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Hands Free Investing
There comes a time in many investors lives when they decide they would like to spend less time managing their real estate holdings and more time enjoy the rewards of the labors.
The traditional investment vehicle to achieve this “no hands” investment approach is the net lease property. In its purest form (called a triple net lease) the tenant manages the property, doing everything from paying the taxes and insurance, sweeping out the driveway to repairing the roof if needed. The only obligation of the owner is to pay any debt service from the rent check.
A further advantage of most net leased properties are long term leases (typically 15 to 25 years with 5 year options after that) with defined rental rate increases along the way (called bumps). This can provides steady income no matter what the condition of the economic or local real estate market. The keys to successful net lease investments are good demographics (long term appreciation), long term leases and a strong credit tenant.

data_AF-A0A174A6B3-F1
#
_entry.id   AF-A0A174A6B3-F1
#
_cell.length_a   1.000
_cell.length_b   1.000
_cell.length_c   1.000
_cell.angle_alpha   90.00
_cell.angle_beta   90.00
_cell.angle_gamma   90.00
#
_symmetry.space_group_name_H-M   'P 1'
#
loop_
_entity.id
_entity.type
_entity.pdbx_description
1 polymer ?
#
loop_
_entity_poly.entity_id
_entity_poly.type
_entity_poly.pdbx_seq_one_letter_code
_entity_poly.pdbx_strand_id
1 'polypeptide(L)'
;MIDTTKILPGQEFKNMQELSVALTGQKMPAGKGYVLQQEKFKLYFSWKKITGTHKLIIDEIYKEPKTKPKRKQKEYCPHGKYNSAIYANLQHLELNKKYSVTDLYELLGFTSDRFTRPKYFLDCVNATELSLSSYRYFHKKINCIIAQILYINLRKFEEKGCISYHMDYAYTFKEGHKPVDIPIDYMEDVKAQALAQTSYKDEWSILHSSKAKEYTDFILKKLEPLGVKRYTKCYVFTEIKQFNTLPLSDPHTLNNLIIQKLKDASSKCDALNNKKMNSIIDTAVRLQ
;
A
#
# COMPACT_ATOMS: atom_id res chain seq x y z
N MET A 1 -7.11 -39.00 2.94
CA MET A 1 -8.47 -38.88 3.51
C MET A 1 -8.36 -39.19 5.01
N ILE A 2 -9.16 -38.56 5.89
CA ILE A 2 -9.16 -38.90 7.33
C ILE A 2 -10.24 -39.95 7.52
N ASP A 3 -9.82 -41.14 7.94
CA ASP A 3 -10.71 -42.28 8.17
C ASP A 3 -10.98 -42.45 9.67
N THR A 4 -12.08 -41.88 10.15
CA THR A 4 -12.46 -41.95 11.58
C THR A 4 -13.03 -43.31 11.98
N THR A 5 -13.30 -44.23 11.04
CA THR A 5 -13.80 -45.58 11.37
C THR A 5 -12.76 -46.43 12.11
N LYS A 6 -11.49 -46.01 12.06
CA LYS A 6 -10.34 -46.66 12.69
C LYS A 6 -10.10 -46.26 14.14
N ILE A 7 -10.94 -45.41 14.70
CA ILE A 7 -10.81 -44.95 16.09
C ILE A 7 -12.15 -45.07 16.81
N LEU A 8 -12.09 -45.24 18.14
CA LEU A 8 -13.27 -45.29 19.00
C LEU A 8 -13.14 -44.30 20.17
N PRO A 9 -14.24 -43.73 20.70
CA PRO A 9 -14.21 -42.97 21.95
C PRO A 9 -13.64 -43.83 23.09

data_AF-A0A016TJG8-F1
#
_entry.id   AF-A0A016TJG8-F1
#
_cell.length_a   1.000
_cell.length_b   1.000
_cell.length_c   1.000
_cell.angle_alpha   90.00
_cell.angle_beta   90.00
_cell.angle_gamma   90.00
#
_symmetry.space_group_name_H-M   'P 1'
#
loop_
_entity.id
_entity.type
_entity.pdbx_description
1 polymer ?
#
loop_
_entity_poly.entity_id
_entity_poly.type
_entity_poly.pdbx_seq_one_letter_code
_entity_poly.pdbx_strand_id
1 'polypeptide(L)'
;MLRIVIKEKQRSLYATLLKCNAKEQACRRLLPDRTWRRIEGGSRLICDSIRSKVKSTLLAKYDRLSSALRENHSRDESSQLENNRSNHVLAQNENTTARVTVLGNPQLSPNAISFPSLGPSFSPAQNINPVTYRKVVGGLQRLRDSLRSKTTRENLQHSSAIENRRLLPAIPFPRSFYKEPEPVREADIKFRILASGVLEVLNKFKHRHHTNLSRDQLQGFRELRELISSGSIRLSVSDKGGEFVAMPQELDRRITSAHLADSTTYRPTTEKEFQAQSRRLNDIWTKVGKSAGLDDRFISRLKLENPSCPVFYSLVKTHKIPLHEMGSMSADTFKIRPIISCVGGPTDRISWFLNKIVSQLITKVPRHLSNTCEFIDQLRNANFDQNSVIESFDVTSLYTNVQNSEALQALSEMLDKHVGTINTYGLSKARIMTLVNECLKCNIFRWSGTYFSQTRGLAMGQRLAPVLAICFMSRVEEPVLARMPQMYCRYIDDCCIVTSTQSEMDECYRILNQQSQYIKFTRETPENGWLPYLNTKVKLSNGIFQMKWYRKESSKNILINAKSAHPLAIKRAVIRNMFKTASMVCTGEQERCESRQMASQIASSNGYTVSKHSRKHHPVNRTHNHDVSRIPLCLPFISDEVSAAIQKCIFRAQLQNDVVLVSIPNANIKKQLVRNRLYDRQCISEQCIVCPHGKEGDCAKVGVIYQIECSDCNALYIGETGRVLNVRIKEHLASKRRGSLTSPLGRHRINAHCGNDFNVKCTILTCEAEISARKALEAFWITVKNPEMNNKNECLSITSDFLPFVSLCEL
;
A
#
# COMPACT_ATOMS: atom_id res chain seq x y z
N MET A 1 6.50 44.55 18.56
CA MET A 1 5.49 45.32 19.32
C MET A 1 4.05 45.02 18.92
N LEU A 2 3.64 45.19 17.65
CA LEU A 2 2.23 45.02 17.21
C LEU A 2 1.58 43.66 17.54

There are the following variations on Net Leased investments:
Absolute Triple Net (NNN)
Also known as a Bond Lease. The tenant is completely responsible for all operating expenses including maintenance, repairs, and replacement for the entire property, without limitation. This is the type of lease that most investors expect when purchasing a triple net lease.
Double Net Lease (NN)
The double net lease is like the triple net lease only the owner is typically responsible for the structural components of the building such as the roof, bearing walls and foundation.
Modified Net (aka Modified Gross)
The tenant pays its own utilities, interior maintenance and repairs, and insurance. The owner pays for everything else, including real estate property taxes.
Triple Net Synthetic
When the IRS approved holding title as a Tenant In Common (TIC) as a “like kind” exchange and subsequently allowing an investor to defer the payment of capital gains taxes, what some call a “synthetic” triple net lease or a Tenant In Common (TIC) investment was created.
A Tenant-in-Common investment provides the real estate investor with the advantages of a triple net lease, namely someone else manages the property. Frequently TIC offer ownership in a larger institutional quality property, with either single or multi-tenants, appreciation, cash flow and annual depreciation benefits. In addition to the net leased advantages a TIC also provides opportunity for an investor to further diversify its portfolio.
As with all investments it is crucial that investors consult with their tax and legal advisors prior to committing to making any commitments.
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